The god I find Thomas presenting in an Aristotelian philosophical portrait is quite readily viewed as creator and providence, knowing all things other than himself through and through. This does not mean that there is no affirmation by Thomas of a realm of theology "beyond philosophy." We show at the very outset that one must distinguish between natural and supernatural "theologies."

Stamatios Gerogiorgakis
Evidence and Principles in Bayesian Theism

I present Bayesian theism, i.e. Richard Swinburne's
Philosophia Basic Philosophical Concepts
Anselm Ramelow (Editor) GOD Reason and Reality
ISBN 978-3-88405-109-2 © 2014 Philosophia Verlag GmbH. München

Foreword: The Name of God

Robert Sokolowski

The title of this book is the single word "God," and this word is a name. The use of names in human language - as opposed to the use of grammatical terms - involves two essential features. First, names serve to distinguish, and hence identify, what we are concerned with. They target things for us. Second, names enable us to deal explicitly with the presence and absence of things. Through names, we can intend and speak about things when they are directly given to us and also when they are "distant," in any sense of this term. These two properties of the use of names occur in a distinctive way in the case of the word "God."
Naming involves distinctions: when we utter a name we signify this and implicitly not that, and both we and our interlocutors are put in mind of what we signify. The spoken word tethers our minds specifically to the thing we are discussing. We concurrently intend this, and we do so against the occurrent background of what is not this, and we do so be-cause the name of the thing has been pronounced.
The other essential feature of names is that they can in principle be used in both the presence and the absence of what they denote, and, moreover, in both instances they signify the very same thing: they desig-nate the thing that is identifiable in presence and absence. The ability to use names in speech and thinking gives us an enormous reach into the absent. It expands our minds. We can talk about the remote past and future, about things extremely far away, about prime numbers that have not been calculated, and even about things that are unimaginable and unperceivable; there is nothing that we cannot designate with our words. In fact, most of our speech is about absent things, but this predominance of the absent does not annul the fact that speech can also identify things that are present. We can come back to earth: we can name things that we directly encounter with our senses and understanding, things whose properties we can discover not by hearsay but by our own experience and activity; and when we do speak about what is present, we recognize it as the very same as that which we spoke about in its absence. This possibil-ity of naming the thing we directly see, this possibility of ostension, is what assures us that names in principle can express what truly is; they can express being. Names are essentially oriented toward the truth of things. Even when they range widely, they still are geared to expressing what is the case. We can, therefore, have some confidence or least some hope that when we use our words to set sail into the vast sea of the ab-sent, we can still be dealing with what truly is.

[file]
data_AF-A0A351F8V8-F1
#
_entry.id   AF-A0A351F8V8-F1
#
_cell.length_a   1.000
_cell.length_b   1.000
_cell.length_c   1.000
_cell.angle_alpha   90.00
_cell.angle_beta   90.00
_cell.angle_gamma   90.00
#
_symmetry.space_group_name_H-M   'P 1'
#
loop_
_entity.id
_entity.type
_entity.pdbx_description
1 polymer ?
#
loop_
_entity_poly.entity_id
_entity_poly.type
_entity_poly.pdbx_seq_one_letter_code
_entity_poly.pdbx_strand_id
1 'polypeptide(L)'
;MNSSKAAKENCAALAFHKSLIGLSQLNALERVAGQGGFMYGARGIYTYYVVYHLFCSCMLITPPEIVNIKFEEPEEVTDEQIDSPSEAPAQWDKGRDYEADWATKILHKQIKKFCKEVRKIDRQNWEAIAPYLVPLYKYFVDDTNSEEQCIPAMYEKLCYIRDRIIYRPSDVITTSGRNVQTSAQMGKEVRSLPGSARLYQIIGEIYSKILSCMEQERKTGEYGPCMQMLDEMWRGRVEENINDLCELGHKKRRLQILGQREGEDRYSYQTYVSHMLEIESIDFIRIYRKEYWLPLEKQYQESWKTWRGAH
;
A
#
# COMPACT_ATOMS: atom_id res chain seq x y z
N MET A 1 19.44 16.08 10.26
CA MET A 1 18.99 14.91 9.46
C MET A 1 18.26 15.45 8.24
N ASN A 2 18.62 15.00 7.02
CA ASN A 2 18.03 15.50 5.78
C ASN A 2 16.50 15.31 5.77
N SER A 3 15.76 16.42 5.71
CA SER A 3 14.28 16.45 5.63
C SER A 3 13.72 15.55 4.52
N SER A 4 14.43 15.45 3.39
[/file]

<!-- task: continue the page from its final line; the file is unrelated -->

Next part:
These two features of names, that they involve distinctions and that they identify things between presence and absence, occur in regard to the name that we use in speaking about God, but there they occur in a man-ner that is different from their usage in other contexts.

1. Identity and difference
In his essay in this volume, Lawrence Dewan, O.P. cites Aquinas as holding that the word "God" (or "god") names a nature, something that can be distinguished from other natures. Certainly this is true of pagan senses of the term, where the god or gods are one kind of being among others within the whole that we call the world. God or the gods are the highest, best, and most powerful entities, and in various ways we and the rest of the world owe our origin and our development to them, but even as divine they remain part of the whole of things. Divine entities are the first of all causes, the beings that are ultimately responsible for the way things are, but so long as such causes are the highest and best, as they a
Autor: Anselm Ramelow
ISBN-13:: 9783884051092
ISBN: 3884051091
Verlag: Philosophia
Gewicht: 492g
Seiten: 377
Sprache: Englisch
Sonstiges: Taschenbuch, 220x140x25 mm